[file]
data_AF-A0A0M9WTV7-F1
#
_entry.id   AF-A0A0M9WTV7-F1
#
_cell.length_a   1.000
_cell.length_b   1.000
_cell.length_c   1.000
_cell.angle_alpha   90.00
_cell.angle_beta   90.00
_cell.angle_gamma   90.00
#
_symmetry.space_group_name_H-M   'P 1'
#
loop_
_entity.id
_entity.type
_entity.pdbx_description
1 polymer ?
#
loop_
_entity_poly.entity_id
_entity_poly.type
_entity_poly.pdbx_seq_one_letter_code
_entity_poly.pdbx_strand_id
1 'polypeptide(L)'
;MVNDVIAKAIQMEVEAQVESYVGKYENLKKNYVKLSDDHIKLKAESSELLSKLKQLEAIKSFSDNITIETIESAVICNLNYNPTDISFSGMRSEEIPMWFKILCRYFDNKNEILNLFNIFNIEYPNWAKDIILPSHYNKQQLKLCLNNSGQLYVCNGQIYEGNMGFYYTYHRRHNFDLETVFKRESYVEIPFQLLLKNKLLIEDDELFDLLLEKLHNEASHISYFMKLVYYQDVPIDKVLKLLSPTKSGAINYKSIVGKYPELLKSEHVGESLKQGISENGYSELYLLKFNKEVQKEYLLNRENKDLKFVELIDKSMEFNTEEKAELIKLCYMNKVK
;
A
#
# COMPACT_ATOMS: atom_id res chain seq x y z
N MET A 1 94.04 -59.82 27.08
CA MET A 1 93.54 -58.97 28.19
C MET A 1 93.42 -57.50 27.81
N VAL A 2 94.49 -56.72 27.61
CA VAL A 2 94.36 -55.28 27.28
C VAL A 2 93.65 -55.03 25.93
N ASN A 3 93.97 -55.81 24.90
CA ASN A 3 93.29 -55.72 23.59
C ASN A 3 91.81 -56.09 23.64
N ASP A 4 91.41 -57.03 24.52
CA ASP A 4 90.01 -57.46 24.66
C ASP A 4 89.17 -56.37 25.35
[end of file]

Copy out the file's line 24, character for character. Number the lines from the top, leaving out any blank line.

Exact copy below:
_entity_poly.pdbx_strand_id